Surprisingly, it has now been found that the bulk flow properties of pesticide-treated seeds can be substantially improved by the application to the seeds of low levels of a polydimethylsiloxane lubricant (hereinafter referred to as PDMS). The PDMS lubricant is applied as an aqueous emulsion, in an amount of from 0.001 to 0.2 percent (calculated as solids), based on the weight of the untreated seeds, and can be applied either to seeds which have already been treated with a pesticidal substance at a desired dosage, or preferably, can be applied to the seeds simultaneously with a pesticidal substance, either by coapplication from separate compositions (e.g. using separate feed lines to the atomizer), or else by the application of a composition containing both the pesticidal substance and the polydimethylsiloxane.

The use of polydimethylsiloxanes in a seed coating is known, for example from U.S. Pat. No. 4,753,035. The coatings used in this U.S. patent however are supplied to the seeds, not for their lubrication properties, but to protect the seeds, and promote germination. The reference discloses the use of crosslinkable silicon-containing materials, which are crosslinked on the surface of the seeds, to produce a porous crosslinked coating, permeable to water vapor and oxygen. Because the polydimethylsiloxanes are intended to protect the seeds, they are applied as relatively thick coatings, for example at application rates of approximately 6 percent or so, based on the weight of the seeds. These is no suggestion in this patent that the use of polydimethylsiloxanes at levels very much lower than those suggested for protective coatings can improve substantially the flow characteristics of pesticide-treated seeds.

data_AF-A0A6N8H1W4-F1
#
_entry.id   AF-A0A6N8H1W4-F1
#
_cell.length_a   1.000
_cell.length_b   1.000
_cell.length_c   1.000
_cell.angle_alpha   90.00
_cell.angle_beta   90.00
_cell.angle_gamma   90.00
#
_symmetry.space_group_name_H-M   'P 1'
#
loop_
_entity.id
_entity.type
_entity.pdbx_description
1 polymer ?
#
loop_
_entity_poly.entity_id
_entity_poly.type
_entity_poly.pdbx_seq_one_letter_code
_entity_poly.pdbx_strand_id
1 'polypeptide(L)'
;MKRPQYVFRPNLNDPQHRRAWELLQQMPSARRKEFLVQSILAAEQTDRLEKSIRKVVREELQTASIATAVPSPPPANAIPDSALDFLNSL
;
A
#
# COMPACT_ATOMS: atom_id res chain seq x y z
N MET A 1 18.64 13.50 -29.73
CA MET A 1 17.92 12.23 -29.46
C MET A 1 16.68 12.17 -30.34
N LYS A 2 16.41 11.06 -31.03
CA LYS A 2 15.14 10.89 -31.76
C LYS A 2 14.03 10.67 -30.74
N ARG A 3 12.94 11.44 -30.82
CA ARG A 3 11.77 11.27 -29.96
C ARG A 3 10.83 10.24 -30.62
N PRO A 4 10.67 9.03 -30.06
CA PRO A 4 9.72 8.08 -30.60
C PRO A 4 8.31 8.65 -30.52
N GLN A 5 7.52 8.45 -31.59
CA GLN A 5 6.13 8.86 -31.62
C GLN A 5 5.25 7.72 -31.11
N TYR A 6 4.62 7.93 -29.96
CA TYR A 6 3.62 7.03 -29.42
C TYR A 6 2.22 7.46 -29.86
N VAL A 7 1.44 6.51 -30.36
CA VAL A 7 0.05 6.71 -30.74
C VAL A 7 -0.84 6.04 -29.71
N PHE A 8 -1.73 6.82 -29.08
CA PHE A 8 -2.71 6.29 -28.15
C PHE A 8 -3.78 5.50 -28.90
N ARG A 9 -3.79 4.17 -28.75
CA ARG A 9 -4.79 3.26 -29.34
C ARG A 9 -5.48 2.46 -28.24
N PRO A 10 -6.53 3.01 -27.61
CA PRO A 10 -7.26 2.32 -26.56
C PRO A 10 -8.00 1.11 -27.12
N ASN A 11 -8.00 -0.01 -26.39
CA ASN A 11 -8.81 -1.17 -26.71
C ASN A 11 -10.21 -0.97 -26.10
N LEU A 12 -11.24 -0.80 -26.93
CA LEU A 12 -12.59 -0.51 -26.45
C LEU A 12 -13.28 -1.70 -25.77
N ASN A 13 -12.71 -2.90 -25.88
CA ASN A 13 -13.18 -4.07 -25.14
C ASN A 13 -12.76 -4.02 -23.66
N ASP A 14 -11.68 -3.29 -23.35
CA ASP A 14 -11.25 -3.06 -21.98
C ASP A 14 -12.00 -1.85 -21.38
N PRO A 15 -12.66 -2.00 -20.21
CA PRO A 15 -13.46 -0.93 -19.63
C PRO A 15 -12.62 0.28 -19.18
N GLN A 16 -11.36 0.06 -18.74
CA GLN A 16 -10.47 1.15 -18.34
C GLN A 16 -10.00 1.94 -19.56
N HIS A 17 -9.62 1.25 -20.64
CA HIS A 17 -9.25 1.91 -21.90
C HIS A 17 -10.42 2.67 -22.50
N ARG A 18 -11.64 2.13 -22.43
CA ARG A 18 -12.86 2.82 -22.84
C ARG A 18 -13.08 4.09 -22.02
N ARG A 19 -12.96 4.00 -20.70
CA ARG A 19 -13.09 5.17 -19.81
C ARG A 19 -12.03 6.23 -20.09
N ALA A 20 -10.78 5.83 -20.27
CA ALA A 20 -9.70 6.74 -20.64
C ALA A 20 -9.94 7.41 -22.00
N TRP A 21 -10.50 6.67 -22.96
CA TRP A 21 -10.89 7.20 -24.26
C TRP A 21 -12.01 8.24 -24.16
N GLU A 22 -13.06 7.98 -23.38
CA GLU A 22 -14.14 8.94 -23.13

Accordingly, the present invention provides a method for applying a pesticidal composition for treating seeds, which method comprises treating seeds with an effective amount of a pesticidal substance, and with a lubricant of from 0.001 percent to 0.2 percent based on the weight of the untreated seeds, which lubricant is a non-crosslinkable polydimethylsiloxane, and which composition has been applied to the seeds as an aqueous emulsion thereof.

The pesticidal substance and the PDMS are preferably applied in the form of a single composition comprising from 0.5 to 30 percent of the pesticidal substance, and from 1 to 30 percent of the PDMS. In an alternative preferred embodiment, the pesticidal substance and the PDMS are applied simultaneously to the seeds from separate feed pipes to the spray disc such that the PDMS is applied at a rate of from 0.001 to 0.2 percent (based on the untreated seed). and the pesticide is applied at a rate of from 0.002 to 3.0 percent, based on the untreated seed.